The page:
Tips with Trish: Too much time to think

By Tricia Borelli (TheLorian)

I am not someone who has typically struggled with my mental health. I have, however, been unmotivated lately, lacking interest in things I used to enjoy, and am feeling kind of hopeless about the future. I have also been questioning my major and wondering if it’s the right fit for me. I’m worried that I have spent a lot of time and money on something that I don’t love and can’t see myself doing forever. I’m also concerned that the work is not conducive to having the family that I think I want for myself. This is pretty stressful since I am five semesters in. I’m a junior in college and feel like I have worked hard to get to this point and wish I felt more settled. Do you
think I should be having these big questions right now?


Trish says:

Even those of us who don’t have a mental health diagnosis are struggling with mood and motivation these days. Brain health issues do not discriminate. Those of us who have diagnosed illnesses or have had traumatic experiences in the past are indeed more vulnerable but the truth is, none of us are immune to problems with mood. As I have mentioned in recent articles, COVID-19 and the other things going on in the current world are creating a lot of extra stressors. The fact that you are questioning your path and place in this world is not uncommon. It is a sign of the times as well as indicative of where you are in your life right now. Thanks to COVID-19, we are a lot more sedentary which means a lot more time to
get caught up in our thoughts. We are less interactive and have less distracting us. Although this can help us be more present, it also means more time in isolation which lends itself to overthinking. Overthinking can be helpful when we are trying to plan a vacation or find a solution to a problem, but in my experience, overthinking can be more of a detriment than a strength. Ruminating over an issue can cause anxiety and fear. It can also prevent us from listening to our heart and gut which are two other
information centers that are important to tap into.

The idea that the traditional student is asked to decide a future career when he/she is not even 20 years old, is kind of crazy if you think about it. Our brains aren’t even fully developed until we are around the age of 25. The Wall Street Journal put out an article in 2010 indicating that the average person may have up to “seven careers in their lifetime” (Bialik, 2010). Another more recent article from the same source said that the current pandemic is causing adults to think about whether there is something more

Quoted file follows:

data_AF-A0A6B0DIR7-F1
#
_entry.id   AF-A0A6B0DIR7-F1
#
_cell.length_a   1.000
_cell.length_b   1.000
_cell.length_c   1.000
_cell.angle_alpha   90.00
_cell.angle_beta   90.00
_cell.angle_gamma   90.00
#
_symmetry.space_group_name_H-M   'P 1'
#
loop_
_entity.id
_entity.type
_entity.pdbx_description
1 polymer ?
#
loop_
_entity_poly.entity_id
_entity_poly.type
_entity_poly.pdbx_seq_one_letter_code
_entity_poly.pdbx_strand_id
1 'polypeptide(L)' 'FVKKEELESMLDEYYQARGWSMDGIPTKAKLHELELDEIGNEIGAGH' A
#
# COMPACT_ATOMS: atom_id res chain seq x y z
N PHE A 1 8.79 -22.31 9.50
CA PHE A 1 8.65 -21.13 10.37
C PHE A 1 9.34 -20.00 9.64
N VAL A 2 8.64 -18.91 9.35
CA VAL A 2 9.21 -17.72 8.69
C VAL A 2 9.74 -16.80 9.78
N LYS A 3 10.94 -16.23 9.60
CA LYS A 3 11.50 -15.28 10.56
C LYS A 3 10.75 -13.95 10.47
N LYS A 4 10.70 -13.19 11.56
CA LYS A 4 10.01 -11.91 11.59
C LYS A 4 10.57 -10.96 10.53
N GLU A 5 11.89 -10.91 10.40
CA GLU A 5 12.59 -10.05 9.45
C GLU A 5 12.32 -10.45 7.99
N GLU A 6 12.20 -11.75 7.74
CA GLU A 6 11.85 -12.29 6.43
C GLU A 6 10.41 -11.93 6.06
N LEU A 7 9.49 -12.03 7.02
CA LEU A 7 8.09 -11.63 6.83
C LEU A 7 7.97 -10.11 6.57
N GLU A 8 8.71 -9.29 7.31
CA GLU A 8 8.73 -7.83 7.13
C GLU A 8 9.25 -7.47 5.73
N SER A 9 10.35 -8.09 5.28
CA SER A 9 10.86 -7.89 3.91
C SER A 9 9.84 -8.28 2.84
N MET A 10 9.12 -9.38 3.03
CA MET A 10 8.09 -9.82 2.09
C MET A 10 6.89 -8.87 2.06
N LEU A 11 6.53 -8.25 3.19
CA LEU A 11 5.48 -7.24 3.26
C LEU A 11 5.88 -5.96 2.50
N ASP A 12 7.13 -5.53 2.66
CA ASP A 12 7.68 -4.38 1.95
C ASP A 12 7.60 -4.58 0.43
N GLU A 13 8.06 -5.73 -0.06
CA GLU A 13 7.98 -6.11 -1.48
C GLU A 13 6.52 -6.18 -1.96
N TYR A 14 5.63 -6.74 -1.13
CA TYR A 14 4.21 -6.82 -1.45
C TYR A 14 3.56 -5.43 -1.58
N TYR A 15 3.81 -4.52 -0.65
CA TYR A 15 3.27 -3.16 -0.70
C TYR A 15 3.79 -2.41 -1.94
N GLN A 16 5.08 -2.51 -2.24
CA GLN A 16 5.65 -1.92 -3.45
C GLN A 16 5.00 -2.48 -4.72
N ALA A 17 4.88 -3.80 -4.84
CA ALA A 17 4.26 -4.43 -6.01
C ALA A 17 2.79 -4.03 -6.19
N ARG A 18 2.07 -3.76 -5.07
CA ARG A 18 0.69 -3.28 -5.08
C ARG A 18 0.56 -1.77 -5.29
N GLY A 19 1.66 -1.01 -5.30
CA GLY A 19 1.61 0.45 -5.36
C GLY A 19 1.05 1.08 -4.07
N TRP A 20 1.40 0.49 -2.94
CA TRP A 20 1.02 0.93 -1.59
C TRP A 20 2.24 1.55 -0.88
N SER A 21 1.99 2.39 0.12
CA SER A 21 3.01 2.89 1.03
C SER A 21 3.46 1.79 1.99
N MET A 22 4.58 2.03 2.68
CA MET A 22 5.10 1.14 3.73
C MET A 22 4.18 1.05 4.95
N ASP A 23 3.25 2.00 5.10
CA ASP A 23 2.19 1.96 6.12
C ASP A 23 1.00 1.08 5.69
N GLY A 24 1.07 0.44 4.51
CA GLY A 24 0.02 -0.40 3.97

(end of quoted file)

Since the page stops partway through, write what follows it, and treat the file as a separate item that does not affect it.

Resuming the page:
practical and workable for them instead of their current job (Steele, 2020). Bottom line is that people are living longer these days and it is not surprise that people are reevaluating how they want to spend the remaining 50-60 years.

Deciding on a major is a big decision. You chose this path for a reason. Give some thought to why you chose your field of study and do some research on the many things you can do within that framework. Consider things like your interests, your abilities and the likelihood for you to obtain employment. Sit down and talk with professors about your thoughts and feelings. They have been there and they can be an amazing resource for you. Consider sitting down with Jeff Roberts in the CEL office or someone in your field of study who has “been there.” Consider adding a minor or two to compliment your current one if you can make it work before graduation.

We are in interesting times. No one could have predicted the impact of this virus on the 2020 workforce. It’s no secret that more than 47 million Americans have filed for unemployment since March and some of your older friends are struggling to find full-time work (Business Insider, 2020). It makes sense that you are spending your extra time wondering if you have made the right choice regarding your path. The important thing is that you are getting an education. We are all learning a lot about life during
these times and will be more prepared for the world because of it. Give yourself time to feel what you are feeling but remember that you are thriving in uncertain times and if your career changes going forward, that is what is meant to be.


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Tricia Borelli is the Director of Counseling Services at Loras College. In Tips with Trish, she will answer student questions concerning anything that relates to keeping it together while doing this crazy thing called college. Send questions or comments to Ms. Borelli, Loras Box 100, or to the e-mail address All names of those sending questions will be kept confidential.

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